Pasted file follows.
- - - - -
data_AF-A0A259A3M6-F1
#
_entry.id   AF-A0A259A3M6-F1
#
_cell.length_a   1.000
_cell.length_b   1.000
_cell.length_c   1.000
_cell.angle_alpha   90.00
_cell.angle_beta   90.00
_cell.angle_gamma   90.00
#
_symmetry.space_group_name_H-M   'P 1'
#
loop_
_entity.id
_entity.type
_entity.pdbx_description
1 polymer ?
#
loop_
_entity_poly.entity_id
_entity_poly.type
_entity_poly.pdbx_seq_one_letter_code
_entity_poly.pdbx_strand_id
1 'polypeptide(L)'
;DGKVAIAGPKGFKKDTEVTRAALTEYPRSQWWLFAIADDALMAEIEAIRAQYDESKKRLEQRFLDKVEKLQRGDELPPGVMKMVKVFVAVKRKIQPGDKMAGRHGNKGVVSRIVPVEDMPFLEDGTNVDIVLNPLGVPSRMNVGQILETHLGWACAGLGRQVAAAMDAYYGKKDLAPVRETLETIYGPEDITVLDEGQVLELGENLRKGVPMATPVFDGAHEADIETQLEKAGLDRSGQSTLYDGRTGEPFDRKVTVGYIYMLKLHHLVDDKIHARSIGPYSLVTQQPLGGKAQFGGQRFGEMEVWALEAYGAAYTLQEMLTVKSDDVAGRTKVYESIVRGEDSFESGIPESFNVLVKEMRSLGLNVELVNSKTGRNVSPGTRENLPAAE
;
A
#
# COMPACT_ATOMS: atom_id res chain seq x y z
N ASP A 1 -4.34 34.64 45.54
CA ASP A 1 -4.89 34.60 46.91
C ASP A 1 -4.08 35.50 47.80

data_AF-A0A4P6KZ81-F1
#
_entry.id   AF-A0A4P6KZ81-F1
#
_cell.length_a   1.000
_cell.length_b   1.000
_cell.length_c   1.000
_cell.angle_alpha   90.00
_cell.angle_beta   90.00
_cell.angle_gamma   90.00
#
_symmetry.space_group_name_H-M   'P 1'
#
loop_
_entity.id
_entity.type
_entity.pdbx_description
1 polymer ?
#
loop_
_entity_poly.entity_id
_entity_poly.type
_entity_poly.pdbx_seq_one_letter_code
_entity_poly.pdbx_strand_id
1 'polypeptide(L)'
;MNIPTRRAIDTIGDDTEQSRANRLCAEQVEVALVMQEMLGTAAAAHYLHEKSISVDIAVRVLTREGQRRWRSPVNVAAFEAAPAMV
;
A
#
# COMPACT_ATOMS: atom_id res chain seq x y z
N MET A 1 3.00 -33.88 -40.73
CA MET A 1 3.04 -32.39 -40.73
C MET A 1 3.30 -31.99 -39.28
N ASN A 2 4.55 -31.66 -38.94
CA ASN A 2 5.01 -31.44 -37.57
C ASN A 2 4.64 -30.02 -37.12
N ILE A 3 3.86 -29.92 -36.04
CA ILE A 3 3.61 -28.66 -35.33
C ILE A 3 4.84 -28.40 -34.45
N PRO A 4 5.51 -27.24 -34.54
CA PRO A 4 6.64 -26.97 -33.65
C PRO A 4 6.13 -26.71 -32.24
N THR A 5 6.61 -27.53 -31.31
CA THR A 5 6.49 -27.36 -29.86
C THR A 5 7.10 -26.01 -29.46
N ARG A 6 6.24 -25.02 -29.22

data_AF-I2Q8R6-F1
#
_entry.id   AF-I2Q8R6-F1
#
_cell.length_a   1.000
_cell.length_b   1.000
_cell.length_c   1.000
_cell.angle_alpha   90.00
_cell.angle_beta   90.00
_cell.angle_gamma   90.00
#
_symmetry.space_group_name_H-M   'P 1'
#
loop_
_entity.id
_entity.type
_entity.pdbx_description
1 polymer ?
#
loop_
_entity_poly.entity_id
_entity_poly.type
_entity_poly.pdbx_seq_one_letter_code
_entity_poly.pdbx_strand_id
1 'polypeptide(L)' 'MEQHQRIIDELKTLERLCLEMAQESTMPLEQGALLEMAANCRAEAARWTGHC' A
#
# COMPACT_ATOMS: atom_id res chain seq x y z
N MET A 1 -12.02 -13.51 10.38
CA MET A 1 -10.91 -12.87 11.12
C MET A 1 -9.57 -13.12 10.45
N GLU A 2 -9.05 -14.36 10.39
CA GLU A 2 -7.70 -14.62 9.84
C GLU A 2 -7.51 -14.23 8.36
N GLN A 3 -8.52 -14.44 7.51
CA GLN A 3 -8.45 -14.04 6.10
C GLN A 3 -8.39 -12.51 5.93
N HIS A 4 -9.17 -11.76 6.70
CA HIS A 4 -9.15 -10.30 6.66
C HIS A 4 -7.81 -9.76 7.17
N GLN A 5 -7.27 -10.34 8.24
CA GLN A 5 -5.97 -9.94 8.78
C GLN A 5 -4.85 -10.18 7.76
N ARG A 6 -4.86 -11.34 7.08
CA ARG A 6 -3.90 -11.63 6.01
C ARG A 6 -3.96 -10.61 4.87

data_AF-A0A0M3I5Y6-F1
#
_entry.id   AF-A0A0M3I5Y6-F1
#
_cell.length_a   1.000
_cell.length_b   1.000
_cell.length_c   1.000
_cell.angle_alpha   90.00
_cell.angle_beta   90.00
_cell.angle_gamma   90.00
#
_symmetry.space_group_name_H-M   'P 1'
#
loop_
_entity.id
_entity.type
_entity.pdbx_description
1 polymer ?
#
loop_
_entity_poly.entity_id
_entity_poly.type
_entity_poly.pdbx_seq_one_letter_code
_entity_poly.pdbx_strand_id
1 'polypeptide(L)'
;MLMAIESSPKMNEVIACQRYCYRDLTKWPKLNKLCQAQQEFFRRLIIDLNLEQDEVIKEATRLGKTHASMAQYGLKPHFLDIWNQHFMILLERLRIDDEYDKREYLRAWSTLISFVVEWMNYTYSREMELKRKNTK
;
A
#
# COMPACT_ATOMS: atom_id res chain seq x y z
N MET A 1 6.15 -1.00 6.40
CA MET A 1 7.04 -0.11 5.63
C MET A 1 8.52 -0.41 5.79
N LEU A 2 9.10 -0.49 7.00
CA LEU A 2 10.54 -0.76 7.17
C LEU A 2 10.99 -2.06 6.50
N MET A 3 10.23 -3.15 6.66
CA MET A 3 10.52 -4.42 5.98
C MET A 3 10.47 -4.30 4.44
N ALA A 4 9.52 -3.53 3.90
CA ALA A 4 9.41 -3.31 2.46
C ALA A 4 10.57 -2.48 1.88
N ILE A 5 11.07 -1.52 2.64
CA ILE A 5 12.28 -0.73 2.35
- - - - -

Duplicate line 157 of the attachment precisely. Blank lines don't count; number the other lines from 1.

C MET A 1 8.52 -0.41 5.79